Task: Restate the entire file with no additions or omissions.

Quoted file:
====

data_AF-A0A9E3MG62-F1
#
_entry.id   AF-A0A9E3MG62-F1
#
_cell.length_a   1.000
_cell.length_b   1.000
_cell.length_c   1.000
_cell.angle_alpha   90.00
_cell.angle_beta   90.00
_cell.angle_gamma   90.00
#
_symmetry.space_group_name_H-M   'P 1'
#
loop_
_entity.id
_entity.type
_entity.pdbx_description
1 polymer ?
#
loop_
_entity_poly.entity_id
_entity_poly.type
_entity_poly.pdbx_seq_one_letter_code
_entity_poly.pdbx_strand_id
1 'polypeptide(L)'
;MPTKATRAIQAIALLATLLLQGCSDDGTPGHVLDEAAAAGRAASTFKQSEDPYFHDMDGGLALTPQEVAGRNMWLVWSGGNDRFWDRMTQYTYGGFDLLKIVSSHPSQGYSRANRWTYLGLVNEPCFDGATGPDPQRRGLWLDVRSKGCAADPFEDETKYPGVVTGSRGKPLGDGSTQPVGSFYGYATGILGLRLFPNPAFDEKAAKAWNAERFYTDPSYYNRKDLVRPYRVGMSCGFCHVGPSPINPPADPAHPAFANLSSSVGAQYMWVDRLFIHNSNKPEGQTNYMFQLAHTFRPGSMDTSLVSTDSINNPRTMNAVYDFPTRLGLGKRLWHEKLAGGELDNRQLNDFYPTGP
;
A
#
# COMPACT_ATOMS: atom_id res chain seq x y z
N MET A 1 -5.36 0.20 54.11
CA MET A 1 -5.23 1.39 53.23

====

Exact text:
data_AF-A0A9E3MG62-F1
#
_entry.id   AF-A0A9E3MG62-F1
#
_cell.length_a   1.000
_cell.length_b   1.000
_cell.length_c   1.000
_cell.angle_alpha   90.00
_cell.angle_beta   90.00
_cell.angle_gamma   90.00
#
_symmetry.space_group_name_H-M   'P 1'
#
loop_
_entity.id
_entity.type
_entity.pdbx_description
1 polymer ?
#
loop_
_entity_poly.entity_id
_entity_poly.type
_entity_poly.pdbx_seq_one_letter_code
_entity_poly.pdbx_strand_id
1 'polypeptide(L)'
;MPTKATRAIQAIALLATLLLQGCSDDGTPGHVLDEAAAAGRAASTFKQSEDPYFHDMDGGLALTPQEVAGRNMWLVWSGGNDRFWDRMTQYTYGGFDLLKIVSSHPSQGYSRANRWTYLGLVNEPCFDGATGPDPQRRGLWLDVRSKGCAADPFEDETKYPGVVTGSRGKPLGDGSTQPVGSFYGYATGILGLRLFPNPAFDEKAAKAWNAERFYTDPSYYNRKDLVRPYRVGMSCGFCHVGPSPINPPADPAHPAFANLSSSVGAQYMWVDRLFIHNSNKPEGQTNYMFQLAHTFRPGSMDTSLVSTDSINNPRTMNAVYDFPTRLGLGKRLWHEKLAGGELDNRQLNDFYPTGP
;
A
#
# COMPACT_ATOMS: atom_id res chain seq x y z
N MET A 1 -5.36 0.20 54.11
CA MET A 1 -5.23 1.39 53.23